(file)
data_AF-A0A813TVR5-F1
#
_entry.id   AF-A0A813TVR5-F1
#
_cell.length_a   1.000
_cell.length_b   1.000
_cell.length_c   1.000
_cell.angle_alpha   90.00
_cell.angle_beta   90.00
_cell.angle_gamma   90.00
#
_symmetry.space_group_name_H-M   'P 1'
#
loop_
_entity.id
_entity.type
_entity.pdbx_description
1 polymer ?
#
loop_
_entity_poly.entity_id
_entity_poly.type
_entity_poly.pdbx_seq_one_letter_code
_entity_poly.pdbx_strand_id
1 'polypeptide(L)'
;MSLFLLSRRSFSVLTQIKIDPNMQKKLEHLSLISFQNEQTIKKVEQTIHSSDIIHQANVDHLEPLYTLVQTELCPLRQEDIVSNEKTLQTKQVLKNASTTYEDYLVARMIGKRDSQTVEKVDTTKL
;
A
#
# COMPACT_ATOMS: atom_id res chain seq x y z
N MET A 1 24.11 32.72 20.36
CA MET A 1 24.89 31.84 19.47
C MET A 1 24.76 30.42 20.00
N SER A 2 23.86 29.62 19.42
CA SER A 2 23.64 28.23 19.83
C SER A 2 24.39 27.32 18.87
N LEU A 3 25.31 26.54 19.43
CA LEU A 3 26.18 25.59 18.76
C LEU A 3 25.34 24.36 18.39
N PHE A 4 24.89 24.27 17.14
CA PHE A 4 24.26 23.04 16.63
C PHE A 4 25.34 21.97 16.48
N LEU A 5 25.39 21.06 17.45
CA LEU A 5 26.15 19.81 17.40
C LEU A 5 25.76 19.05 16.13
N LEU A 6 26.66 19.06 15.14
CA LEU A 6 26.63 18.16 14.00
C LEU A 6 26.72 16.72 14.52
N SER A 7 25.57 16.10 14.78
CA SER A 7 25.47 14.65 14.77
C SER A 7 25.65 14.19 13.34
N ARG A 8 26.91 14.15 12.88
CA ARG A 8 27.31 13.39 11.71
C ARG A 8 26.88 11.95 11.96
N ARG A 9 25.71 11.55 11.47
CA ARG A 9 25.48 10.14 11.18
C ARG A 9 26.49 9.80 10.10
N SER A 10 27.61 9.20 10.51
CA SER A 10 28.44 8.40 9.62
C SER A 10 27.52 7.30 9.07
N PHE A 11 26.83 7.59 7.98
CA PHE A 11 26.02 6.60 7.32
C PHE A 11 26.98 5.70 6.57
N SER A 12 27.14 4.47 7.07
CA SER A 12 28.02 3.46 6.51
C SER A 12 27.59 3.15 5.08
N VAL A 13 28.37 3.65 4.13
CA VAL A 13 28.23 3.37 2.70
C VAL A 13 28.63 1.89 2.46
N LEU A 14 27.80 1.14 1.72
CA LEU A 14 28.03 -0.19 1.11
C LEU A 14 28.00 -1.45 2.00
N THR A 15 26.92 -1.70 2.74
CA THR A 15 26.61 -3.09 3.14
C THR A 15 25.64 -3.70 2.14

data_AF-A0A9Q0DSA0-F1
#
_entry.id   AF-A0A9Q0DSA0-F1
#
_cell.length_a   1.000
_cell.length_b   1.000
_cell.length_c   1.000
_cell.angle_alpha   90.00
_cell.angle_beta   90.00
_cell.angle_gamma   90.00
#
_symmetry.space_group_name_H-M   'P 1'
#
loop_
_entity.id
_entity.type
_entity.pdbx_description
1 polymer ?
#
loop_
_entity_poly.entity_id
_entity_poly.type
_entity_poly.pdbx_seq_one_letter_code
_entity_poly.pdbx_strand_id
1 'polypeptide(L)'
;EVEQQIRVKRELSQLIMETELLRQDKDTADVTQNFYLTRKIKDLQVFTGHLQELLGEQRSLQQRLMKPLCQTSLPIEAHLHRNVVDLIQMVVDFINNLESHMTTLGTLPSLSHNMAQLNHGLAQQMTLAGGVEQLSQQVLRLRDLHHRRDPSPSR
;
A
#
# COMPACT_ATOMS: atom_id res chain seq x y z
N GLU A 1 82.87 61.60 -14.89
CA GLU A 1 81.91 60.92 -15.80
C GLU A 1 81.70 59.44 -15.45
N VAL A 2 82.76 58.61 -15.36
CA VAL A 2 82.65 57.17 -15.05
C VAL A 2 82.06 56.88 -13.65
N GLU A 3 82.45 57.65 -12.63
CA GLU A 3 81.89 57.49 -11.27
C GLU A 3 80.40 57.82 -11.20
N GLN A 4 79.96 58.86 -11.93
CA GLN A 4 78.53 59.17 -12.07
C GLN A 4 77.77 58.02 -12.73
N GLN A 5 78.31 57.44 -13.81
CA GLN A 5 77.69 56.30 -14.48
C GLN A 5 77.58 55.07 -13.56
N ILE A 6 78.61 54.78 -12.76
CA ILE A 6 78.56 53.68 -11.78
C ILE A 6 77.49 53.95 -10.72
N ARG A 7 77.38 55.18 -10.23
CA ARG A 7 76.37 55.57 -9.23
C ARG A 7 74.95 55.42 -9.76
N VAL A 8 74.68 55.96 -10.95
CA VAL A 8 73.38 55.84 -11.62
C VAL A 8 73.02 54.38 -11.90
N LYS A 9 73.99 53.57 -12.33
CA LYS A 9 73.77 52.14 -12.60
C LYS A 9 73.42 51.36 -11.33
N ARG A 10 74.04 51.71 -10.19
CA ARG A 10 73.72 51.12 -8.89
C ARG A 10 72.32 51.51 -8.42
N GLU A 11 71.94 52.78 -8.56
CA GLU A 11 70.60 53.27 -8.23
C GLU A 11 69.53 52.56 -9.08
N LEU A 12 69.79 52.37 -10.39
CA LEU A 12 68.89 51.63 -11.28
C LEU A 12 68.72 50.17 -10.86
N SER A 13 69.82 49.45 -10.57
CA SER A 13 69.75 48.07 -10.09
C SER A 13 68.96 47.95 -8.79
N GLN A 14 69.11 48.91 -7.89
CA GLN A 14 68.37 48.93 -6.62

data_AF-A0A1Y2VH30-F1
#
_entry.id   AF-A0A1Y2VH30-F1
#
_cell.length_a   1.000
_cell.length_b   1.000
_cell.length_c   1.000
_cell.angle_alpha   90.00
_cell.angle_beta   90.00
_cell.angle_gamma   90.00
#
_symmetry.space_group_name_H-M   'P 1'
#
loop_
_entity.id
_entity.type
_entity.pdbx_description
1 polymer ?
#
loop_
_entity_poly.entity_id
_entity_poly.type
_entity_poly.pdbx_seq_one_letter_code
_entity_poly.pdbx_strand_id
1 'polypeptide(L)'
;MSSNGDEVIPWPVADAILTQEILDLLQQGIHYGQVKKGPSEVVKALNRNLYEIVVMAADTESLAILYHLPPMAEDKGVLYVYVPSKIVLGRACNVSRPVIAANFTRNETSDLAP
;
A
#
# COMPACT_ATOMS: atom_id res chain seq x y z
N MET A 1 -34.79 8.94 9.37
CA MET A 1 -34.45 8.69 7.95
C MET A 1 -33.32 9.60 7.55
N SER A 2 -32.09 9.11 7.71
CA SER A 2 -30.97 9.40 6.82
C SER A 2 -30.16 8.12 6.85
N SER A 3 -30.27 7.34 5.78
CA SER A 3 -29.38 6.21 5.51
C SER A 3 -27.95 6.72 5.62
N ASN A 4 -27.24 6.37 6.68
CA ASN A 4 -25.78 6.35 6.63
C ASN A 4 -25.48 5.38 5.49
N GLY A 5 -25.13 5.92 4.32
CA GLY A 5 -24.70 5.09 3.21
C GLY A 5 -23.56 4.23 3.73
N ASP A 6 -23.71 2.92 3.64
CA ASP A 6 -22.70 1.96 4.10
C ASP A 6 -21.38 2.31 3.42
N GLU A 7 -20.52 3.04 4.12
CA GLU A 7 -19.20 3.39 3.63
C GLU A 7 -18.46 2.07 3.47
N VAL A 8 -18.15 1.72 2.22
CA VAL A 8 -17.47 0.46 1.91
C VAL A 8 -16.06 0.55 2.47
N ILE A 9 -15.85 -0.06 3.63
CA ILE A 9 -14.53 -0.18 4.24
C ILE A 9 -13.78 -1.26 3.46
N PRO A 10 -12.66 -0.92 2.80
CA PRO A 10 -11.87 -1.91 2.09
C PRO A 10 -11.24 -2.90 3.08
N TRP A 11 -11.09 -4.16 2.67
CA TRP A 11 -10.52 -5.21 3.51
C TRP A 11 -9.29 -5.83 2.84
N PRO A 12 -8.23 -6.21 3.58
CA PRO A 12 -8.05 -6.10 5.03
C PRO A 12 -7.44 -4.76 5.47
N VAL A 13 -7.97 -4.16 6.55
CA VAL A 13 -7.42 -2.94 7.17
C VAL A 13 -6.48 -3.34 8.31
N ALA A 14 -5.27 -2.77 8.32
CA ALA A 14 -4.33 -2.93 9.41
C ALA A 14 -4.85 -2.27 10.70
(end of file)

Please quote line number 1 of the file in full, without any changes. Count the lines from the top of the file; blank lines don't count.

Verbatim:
data_AF-A0A813TVR5-F1